Consisting of two German words: inner and weltraum. Inner and space.
One’s inner space world.
Compounded by William H. Gass.
Since I’ve come across the made-up word in a book, it won’t leave my mind. It’s the word I never found to delineate the constant tension, the stream of restlessness in me. I whisper its guttural, foreign syllables over and over as I’m writing this. How to explain what it means to me?
My innerweltraum is a secret place. The place where my too shy self finally feels at ease. I’m a woman of few words. I’m always on the verge of saying - but I don’t. Silence envelops me in her cloak. I nestle in it. The words trickle back down my throat. And that tension builds up in my innerweltraum. Longings and fears seem to converge to that little space.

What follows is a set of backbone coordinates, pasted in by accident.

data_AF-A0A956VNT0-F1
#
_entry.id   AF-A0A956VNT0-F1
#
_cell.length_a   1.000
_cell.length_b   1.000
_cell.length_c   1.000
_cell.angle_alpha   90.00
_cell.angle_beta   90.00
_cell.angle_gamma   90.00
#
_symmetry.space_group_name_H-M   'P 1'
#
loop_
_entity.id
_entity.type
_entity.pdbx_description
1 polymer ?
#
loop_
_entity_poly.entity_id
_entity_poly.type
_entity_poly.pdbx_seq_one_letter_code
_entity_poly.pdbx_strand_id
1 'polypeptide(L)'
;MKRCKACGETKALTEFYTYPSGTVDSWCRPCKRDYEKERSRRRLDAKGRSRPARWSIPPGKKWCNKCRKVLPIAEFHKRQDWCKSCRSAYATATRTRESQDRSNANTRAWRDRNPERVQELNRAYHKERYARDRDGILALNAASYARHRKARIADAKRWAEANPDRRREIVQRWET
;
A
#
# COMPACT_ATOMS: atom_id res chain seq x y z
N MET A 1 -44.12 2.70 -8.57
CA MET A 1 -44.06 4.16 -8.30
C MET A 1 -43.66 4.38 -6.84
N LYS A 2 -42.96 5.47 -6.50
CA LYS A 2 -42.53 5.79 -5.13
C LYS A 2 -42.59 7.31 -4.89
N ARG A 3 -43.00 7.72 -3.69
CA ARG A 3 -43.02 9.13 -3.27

Photography is an essential part of my life. It’s the link between the here and the there. I don’t capture spontaneity. Instead, when my hands pick up the camera, I feel an imperative desire to create narratives. Like a spider patiently weaves her web to capture flies, I weave stories to perhaps grasp a fragment of the innerweltraum.
The narratives are unfinished, ambiguous. They are like half erased poems, suggesting instead of meaning. But that’s perfect this way. Ferociously private, I’ll only show parts of my world elusively. Photography is my way of saying. It’s still a murmur, but it’s growing louder and louder with each picture I create.
I invoke the innerweltraum, take a photograph. Click. The tension releases for a moment.